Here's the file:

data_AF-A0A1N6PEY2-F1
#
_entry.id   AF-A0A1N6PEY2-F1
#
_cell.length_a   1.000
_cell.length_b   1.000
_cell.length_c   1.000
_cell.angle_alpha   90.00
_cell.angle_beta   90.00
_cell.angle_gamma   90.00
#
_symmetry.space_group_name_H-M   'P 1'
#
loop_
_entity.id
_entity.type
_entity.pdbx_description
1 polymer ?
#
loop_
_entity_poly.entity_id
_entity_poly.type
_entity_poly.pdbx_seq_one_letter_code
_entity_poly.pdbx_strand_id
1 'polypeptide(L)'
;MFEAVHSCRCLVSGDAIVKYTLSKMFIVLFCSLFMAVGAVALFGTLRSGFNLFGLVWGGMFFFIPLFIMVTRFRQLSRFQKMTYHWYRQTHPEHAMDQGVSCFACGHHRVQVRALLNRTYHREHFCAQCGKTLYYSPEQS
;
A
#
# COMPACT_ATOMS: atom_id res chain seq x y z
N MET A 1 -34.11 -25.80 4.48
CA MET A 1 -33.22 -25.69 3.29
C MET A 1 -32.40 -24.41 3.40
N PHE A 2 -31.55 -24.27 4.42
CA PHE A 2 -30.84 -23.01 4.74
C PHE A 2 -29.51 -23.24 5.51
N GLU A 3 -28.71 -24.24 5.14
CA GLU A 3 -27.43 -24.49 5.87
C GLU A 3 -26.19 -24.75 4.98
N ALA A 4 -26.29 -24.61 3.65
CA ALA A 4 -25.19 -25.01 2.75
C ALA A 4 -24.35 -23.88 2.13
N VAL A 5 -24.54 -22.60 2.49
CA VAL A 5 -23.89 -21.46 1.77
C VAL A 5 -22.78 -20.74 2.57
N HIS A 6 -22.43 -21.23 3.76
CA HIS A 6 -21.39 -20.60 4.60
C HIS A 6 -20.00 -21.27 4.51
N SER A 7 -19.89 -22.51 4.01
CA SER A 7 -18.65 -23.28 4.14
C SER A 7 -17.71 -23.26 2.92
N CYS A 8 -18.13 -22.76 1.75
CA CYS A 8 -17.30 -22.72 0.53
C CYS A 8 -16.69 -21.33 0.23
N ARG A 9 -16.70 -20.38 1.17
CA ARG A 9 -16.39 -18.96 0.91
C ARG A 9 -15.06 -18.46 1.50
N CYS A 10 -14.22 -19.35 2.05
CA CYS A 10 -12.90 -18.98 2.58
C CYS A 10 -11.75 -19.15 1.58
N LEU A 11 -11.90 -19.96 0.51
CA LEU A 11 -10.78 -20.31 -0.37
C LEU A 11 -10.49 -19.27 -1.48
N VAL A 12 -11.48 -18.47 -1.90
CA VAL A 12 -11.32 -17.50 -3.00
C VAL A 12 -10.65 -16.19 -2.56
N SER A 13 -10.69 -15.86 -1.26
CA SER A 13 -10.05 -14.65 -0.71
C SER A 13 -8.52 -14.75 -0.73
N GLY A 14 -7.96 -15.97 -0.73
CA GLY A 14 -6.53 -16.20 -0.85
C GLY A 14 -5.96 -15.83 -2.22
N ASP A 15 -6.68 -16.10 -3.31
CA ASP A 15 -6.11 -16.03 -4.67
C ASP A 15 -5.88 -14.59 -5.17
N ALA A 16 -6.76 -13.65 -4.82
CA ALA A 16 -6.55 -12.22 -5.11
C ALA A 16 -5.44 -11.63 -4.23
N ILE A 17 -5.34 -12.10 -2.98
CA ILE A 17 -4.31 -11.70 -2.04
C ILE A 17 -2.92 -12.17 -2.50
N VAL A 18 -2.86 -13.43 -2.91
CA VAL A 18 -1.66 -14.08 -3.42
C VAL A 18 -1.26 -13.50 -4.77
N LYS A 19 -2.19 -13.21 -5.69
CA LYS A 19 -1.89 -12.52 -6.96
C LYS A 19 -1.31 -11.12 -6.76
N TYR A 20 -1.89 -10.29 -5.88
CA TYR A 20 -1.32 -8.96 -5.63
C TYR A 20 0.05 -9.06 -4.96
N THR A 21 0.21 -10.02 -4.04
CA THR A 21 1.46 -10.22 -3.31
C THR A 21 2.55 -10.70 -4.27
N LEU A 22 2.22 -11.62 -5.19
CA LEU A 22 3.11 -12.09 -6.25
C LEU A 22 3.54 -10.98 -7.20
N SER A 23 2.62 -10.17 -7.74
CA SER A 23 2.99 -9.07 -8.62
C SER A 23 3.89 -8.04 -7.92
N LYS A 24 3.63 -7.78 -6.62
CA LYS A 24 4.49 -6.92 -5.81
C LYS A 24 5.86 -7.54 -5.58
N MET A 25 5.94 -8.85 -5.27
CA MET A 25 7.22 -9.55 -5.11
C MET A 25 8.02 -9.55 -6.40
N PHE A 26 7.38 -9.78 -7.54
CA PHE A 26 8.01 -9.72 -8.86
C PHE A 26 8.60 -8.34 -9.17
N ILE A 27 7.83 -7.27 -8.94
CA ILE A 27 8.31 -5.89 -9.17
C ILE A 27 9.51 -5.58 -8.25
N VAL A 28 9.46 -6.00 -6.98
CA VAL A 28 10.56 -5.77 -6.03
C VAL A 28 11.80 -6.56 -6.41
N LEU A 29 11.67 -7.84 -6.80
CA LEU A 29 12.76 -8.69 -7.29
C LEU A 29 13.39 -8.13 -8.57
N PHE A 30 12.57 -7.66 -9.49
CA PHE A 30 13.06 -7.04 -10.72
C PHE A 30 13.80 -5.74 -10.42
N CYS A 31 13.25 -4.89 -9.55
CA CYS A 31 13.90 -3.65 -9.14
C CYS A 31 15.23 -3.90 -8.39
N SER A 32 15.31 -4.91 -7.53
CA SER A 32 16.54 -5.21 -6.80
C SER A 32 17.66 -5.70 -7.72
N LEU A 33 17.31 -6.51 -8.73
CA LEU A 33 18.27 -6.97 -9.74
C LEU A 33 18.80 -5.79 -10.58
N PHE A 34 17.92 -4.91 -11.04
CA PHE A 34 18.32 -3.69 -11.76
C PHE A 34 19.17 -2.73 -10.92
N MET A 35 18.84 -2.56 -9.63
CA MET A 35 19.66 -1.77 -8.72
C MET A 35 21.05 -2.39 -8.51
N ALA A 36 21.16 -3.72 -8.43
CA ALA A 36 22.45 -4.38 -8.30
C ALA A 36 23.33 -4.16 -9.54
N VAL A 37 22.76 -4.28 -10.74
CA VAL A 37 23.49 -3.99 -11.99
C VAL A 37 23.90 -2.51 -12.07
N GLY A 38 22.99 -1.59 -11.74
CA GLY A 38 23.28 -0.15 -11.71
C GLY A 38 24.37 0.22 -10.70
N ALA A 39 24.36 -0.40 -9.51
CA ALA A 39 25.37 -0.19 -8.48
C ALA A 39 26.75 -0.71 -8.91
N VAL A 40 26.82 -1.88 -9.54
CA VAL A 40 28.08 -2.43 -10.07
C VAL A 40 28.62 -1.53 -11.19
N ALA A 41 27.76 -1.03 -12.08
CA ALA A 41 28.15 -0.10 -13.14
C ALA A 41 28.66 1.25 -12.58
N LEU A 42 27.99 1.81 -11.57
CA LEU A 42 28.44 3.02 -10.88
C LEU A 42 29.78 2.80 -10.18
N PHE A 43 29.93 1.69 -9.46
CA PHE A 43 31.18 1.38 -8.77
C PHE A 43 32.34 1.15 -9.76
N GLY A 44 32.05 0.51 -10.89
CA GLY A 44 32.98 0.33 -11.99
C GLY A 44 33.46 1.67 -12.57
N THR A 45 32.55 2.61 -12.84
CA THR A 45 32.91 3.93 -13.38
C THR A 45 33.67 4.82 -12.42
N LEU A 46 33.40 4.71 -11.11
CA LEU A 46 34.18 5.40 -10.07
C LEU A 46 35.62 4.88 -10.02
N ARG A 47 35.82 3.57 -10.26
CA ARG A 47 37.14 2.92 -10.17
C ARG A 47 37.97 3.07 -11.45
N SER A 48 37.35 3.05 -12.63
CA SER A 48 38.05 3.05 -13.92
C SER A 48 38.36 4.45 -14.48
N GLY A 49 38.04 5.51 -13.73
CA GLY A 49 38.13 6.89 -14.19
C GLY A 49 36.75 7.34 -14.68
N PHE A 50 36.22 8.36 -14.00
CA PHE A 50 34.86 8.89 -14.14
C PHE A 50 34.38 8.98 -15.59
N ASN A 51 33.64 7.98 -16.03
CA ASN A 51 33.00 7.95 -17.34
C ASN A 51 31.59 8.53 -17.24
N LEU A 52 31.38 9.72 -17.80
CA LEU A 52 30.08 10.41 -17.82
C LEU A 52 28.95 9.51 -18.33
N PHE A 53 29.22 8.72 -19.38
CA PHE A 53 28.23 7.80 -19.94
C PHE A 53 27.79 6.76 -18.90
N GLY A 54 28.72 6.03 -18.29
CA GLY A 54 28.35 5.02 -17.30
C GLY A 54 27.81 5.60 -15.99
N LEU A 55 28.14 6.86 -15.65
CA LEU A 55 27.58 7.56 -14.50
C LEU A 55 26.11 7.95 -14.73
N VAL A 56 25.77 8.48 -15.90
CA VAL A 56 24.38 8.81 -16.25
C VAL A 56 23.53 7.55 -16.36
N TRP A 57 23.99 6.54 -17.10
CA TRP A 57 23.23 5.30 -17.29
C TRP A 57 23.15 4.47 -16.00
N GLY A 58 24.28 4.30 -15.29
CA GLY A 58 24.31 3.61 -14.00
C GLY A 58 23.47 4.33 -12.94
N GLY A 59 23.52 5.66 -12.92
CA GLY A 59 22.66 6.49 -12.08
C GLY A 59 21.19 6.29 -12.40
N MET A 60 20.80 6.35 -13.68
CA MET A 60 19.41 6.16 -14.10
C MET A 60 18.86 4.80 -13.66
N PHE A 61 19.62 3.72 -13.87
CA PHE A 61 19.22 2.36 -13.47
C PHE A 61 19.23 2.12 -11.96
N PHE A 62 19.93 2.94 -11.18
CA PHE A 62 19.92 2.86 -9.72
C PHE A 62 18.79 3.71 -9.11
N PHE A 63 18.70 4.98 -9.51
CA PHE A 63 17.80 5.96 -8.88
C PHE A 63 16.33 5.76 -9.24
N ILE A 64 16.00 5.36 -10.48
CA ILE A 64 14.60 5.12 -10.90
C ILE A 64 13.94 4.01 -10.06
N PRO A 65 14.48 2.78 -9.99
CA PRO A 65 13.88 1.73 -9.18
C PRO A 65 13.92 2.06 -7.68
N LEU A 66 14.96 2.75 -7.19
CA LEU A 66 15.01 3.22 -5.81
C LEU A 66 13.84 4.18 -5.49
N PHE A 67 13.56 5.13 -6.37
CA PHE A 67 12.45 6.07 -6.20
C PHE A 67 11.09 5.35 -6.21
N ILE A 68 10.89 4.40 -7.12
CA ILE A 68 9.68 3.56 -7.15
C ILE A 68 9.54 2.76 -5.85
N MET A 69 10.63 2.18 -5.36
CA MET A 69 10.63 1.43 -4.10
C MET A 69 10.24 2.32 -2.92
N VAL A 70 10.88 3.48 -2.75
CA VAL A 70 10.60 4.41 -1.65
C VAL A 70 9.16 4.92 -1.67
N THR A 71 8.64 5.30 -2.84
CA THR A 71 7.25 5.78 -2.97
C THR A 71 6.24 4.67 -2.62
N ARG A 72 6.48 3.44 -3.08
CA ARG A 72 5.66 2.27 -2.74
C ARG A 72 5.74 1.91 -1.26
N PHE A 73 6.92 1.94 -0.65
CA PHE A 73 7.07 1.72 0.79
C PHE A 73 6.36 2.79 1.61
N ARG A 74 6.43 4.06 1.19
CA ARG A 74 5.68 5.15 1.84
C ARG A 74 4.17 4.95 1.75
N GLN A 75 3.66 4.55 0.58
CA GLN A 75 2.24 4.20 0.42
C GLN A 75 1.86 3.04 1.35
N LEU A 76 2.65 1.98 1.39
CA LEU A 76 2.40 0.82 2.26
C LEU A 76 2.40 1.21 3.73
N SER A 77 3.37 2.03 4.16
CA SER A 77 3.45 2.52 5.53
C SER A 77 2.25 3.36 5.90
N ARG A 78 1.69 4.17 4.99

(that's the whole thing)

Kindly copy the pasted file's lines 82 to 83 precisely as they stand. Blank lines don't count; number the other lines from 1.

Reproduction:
N VAL A 18 -2.86 -13.43 -2.91
CA VAL A 18 -1.66 -14.08 -3.42